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Alex Jardine

Alex Jardine, Director of Analytics, Sainsbury’s

Please describe your career to date

 

My degree in Civil Engineering gave me a great grounding in problem solving and number crunching, but it was not the career for me. Instead, I was lucky enough to be able to take those skills and apply them in my first role in the nascent but growing field of analytics, using retail data to understand shopping behaviours and trends. And that was it, I was hooked.

I was immediately drawn to the potential of data to drive clearer decision making; cutting through opinion and conjecture with hard facts.

I spent the next ten years or so honing my craft as an analytics practitioner, helping some of the UK’s finest consumer businesses to put data at the heart of their decision making, as well as studying a part-time Master’s degree in Business Statistics to keep my technical skills up to scratch as the field continued to evolve.

Over two decades later, as I have progressed through my career, my passion to use data to drive commercial advantage and truly transformational change has enabled me to take on a number of leadership roles. That includes my current role as Director of Analytics at Sainsbury’s, where I am incredibly privileged to lead a brilliant team of people developing data led capabilities that are transforming the customer experience and driving significant incremental revenue for the business.

Data literacy is a key enabler of the value and impact from data. How are you approaching this within your organisation?

 

We consider data literacy across two different groups:

  1. Unlocking the full potential of our data and analytical community to deliver tangible impact and value;
  2. Providing business stakeholders with the relevant tools and know-how to embed data into their day-to-day decisioning making.

To really unlock the value from our data teams, we have worked hard to build a data community that brings together over 300 colleagues involved in data and analytics from right across the organisation. Across the community we have introduced several initiatives:

 

  • Skills days. Dedicated time for the team to focus on their own development, be it building technical expertise or working on those all-important softer skills such as data storytelling and influencing;
  • Spark talks to share methodologies, ideas, and inspiration from across the breadth of the business, bringing together data and business fluency;
  • Career pathways and competency frameworks to drive mobility of data talent across the organisation.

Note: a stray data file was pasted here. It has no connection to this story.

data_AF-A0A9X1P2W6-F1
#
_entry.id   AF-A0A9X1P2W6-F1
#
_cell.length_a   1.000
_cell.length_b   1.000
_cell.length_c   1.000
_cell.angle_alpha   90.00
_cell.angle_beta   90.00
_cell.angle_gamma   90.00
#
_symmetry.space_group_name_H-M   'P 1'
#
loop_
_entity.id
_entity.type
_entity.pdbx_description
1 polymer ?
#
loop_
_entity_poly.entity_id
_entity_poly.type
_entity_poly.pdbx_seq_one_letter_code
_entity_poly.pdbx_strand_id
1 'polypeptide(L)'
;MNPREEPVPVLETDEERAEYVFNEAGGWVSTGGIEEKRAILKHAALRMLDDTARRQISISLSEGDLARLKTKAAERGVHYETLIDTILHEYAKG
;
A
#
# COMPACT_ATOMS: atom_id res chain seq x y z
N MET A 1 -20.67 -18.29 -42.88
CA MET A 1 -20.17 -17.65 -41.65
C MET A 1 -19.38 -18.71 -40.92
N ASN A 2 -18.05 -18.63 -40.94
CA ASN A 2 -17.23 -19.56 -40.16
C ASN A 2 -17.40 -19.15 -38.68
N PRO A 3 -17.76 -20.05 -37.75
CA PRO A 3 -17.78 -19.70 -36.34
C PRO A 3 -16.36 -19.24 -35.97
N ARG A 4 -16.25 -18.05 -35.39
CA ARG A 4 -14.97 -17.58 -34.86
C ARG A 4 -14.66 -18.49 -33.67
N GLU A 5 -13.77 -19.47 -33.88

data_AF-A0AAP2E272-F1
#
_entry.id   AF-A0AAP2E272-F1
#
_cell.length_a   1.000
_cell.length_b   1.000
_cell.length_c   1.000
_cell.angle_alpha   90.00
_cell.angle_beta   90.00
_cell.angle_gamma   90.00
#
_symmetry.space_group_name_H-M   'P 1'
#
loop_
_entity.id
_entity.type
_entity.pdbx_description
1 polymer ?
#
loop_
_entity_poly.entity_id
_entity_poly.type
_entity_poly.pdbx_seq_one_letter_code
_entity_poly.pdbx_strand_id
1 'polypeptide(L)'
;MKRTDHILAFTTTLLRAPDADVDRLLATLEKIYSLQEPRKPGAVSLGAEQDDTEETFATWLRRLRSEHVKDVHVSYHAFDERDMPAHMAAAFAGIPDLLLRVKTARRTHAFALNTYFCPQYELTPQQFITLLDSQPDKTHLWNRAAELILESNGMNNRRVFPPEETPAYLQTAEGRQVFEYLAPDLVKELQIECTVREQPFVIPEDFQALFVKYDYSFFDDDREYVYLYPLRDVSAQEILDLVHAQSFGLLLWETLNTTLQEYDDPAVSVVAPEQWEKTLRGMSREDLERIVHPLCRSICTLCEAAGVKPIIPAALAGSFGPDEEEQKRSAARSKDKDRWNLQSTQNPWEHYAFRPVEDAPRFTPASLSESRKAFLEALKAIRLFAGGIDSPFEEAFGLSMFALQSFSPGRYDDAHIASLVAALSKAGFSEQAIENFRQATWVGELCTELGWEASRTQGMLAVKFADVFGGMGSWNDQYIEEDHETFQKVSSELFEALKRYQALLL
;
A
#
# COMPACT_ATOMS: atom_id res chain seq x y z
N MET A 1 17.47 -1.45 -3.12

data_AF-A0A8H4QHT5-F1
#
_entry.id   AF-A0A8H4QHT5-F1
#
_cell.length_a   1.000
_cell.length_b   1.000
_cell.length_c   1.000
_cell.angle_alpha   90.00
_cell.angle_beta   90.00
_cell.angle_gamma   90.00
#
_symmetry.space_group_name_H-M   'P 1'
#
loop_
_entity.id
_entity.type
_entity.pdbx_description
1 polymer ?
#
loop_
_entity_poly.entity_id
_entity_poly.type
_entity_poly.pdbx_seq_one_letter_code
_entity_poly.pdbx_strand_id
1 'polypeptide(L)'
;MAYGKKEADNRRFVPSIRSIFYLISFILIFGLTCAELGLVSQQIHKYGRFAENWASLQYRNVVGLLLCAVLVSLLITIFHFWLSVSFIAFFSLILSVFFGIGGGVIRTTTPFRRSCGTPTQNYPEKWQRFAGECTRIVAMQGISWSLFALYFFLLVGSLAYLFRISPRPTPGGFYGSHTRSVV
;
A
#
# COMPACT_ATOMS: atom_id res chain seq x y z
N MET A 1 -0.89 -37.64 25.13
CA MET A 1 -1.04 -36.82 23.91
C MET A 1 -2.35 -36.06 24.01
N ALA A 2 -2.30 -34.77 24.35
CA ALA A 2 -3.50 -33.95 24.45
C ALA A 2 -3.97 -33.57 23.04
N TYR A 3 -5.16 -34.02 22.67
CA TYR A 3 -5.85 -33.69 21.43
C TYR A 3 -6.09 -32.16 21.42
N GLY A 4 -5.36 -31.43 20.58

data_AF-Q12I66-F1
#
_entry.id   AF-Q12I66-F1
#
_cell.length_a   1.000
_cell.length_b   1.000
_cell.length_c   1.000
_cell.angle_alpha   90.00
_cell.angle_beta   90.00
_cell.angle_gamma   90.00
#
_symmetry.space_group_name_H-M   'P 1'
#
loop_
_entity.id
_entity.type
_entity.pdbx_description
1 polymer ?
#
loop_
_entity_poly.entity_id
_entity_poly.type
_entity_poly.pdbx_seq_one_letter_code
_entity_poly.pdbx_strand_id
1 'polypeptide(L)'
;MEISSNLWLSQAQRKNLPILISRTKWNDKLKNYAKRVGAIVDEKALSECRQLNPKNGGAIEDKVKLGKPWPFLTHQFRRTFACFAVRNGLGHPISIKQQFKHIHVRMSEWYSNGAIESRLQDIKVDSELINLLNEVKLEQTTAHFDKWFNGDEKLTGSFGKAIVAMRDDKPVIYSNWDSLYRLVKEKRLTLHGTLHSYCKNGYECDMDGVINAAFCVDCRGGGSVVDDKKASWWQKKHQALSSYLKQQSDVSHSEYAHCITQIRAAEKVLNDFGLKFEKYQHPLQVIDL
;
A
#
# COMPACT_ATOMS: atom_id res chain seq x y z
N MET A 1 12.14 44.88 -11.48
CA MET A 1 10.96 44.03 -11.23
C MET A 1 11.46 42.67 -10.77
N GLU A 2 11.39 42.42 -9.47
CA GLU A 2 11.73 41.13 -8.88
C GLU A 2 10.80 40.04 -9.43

For our broader business stakeholders, we have focused on democratising our data through our Sainsbury’s insight platform. The platform enables any business user to interrogate our rich data through a simple and intuitive interface, removing the need to engage analysts for all but the most complex questions. The result drives data into more decision-making processes and at greater pace.

 

We have coupled this with an organisation wide training programme, assured by City & Guilds, to upskill and give confidence to all business stakeholders on the fundamentals of data, how to apply it to their roles and some of the common pitfalls to avoid. This course has now been delivered across all our leadership teams and is a key module within a colleague’s learning objectives.

What are the key challenges to your data function that you are facing as its leader?

It is clear, both across industry as a whole but also within Sainsbury’s, that we are now beginning to reach the point where more and more significant decisions that were previously made by humans – armed with both data and experience – are being driven purely by algorithms.

Combined with the growing rise of generative AI – and the opportunities it creates – we are fast approaching a pivotal moment where there is the potential for a huge step change in how decisions are made, as well as how tasks and activities are executed and delivered across organisations.

As we step through this transition, there is a real opportunity and a huge responsibility for data and analytics teams and leaders to shape how these new capabilities are integrated into the organisation effectively and sustainably.

We need to double down on business engagement to help build a shared understanding of the benefit our solutions can provide, but also be honest about their limitations. We also need to work collaboratively with business stakeholders to ensure we continue to drive the right customer and business outcomes as new capabilities are implemented.

It is a huge challenge, which at the highest level could involve radically rethinking how many organisational roles operate in the future. Winning the hearts and minds of the business will be more important than ever.

Alex Jardine
Alex Jardine
has been included in:
  • 100 Brands 2023 (EMEA)
  • 100 Brands 2024 (EMEA)